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Discussion papers | Copyright
© Author(s) 2018. This work is distributed under
the Creative Commons Attribution 4.0 License.

Research article 08 Aug 2018

Research article | 08 Aug 2018

Review status
This discussion paper is a preprint. It is a manuscript under review for the journal The Cryosphere (TC).

Microbial processes in the weathering crust aquifer of a temperate glacier

Brent C. Christner1,2, Heather F. Lavender2, Christina L. Davis1, Erin E. Oliver2,a, Sarah U. Neuhaus3, Krista F. Myers4, Birgit Hagedorn5, Slawek M. Tulaczyk3, Peter T. Doran4, and William C. Stone6 Brent C. Christner et al.
  • 1University of Florida, Department of Microbiology and Cell Science, Biodiversity Institute, Gainesville, FL 32611 USA
  • 2Louisiana State University, Department of Biological Sciences, Baton Rouge, LA 70803 USA
  • 3University of California Santa Cruz, Department of Earth and Planetary Sciences, Santa Cruz, CA 95064 USA
  • 4Louisiana State University, Department of Geology and Geophysics, Baton Rouge, LA 70803 USA
  • 5Sustainable Earth Research LLC, Anchorage, AK 99508 USA
  • 6Stone Aerospace, Del Valle, TX 78617 USA
  • acurrent address: San Diego State University, Department of Biology, San Diego, CA 92182 USA

Abstract. Incident solar radiation absorbed within the ablation zone of glaciers generates a shallow perched aquifer and seasonal ice-bound microbial habitat. During the melt seasons of 2014 and 2015, borehole investigations were used to examine the physical, geochemical, and microbiological properties in the near-surface ice and aquifer of the temperate Matanuska Glacier (southcentral Alaska). Based on temperature, solar forcing, and ice optical properties, the dissipation of shortwave radiation promoted internal melting and the formation of a weathering crust with a maximum depth of ~2m. Boreholes into the weathering crust provided access to water percolating through the porous ice. The water had low ion concentrations (4–12µScm−1), was aerobic (12mgO2L−1), contained 200 to 8,300cellsmL−1, and harbored growing populations with estimated in situ generation times of 11 to 14 days. During the melt season, the upper 2m of ice experienced at least 3% of the surface photosynthetically active radiation flux and possessed a fractional water content as high as 10%. Photosynthetic subsistence of biogeochemical reactions in the weathering crust ecosystem was supported by ex situ metabolic experiments and the presence of phototrophic taxa (cyanobacteria, golden and green algae) in the aquifer samples. Melt water durations of ~7.5 months coupled with the growth estimates imply biomass may increase by four orders-of-magnitude each year. Our results provide insight on how seasonal dynamics affect habitability of near-surface ice and microbial processes in a portion of the glacial biome poised to expand in extent with increasing global temperature and ablation season duration.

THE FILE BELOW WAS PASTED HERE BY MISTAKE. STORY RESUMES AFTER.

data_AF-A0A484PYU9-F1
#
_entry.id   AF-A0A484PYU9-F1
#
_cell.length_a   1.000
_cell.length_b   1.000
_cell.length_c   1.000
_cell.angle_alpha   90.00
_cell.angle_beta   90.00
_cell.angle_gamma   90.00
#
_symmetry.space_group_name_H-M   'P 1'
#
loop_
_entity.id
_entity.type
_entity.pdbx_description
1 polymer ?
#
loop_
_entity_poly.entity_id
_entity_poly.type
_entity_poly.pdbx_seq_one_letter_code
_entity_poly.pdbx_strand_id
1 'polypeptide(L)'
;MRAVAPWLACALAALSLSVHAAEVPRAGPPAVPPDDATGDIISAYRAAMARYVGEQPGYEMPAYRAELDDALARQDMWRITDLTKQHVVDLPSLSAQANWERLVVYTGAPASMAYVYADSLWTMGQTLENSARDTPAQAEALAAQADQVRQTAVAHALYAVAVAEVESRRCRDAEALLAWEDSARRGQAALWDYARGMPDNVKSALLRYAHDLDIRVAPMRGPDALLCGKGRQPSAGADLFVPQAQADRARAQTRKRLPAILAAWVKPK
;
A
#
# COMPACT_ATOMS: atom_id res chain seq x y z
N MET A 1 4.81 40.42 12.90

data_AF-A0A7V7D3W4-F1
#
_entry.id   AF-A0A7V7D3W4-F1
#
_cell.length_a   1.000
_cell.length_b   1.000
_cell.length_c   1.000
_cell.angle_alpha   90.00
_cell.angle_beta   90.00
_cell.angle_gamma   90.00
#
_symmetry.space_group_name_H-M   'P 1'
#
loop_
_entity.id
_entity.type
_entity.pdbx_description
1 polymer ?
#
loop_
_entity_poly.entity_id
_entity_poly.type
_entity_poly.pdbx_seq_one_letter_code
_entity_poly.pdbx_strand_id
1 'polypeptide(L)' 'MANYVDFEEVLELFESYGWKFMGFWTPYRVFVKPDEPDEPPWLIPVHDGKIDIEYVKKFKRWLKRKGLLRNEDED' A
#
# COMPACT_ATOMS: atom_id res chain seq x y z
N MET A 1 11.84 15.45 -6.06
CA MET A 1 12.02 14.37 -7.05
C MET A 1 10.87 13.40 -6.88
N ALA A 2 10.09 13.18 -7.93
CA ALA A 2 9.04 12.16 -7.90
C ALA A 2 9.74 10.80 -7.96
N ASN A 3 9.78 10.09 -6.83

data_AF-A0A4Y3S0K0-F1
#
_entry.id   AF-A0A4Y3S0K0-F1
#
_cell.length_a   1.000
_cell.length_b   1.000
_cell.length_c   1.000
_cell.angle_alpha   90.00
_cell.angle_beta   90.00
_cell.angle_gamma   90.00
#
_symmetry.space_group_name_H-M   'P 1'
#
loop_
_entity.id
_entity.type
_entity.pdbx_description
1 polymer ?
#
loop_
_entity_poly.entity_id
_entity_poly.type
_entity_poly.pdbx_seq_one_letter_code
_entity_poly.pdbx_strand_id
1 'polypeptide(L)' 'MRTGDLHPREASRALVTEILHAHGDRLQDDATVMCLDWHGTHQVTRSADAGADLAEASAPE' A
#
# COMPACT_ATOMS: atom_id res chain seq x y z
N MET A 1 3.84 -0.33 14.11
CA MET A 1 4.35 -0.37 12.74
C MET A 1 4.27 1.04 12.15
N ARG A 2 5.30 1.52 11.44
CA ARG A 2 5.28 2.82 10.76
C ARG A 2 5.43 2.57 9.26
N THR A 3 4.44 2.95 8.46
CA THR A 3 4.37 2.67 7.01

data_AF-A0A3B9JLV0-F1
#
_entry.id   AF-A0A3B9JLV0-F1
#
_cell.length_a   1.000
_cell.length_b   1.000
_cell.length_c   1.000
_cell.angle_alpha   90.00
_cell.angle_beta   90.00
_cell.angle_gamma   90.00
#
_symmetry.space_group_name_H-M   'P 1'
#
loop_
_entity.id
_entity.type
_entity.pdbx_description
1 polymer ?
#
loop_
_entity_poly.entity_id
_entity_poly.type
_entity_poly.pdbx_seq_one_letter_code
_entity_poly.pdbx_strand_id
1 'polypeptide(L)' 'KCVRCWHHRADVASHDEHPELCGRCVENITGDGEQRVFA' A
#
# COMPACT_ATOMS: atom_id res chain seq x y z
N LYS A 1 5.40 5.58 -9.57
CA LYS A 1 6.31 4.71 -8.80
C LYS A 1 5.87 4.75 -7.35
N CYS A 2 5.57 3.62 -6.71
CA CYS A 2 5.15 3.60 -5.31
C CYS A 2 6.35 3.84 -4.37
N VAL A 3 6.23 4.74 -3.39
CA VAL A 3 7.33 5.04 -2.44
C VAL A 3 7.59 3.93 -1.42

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Short summary
Solar radiation that penetrates into the glacier heats the ice to produce nutrient-containing meltwater and provides light that fuels an ecosystem within the ice. Our analysis documents a near-surface photic zone in a glacier that functions as a liquid water oasis in the ice over half the annual cycle. Since microbial growth on glacier surfaces reduces the amount of solar radiation reflected, microbial processes at depths below the surface may also darken ice and accelerate meltwater production.
Solar radiation that penetrates into the glacier heats the ice to produce nutrient-containing...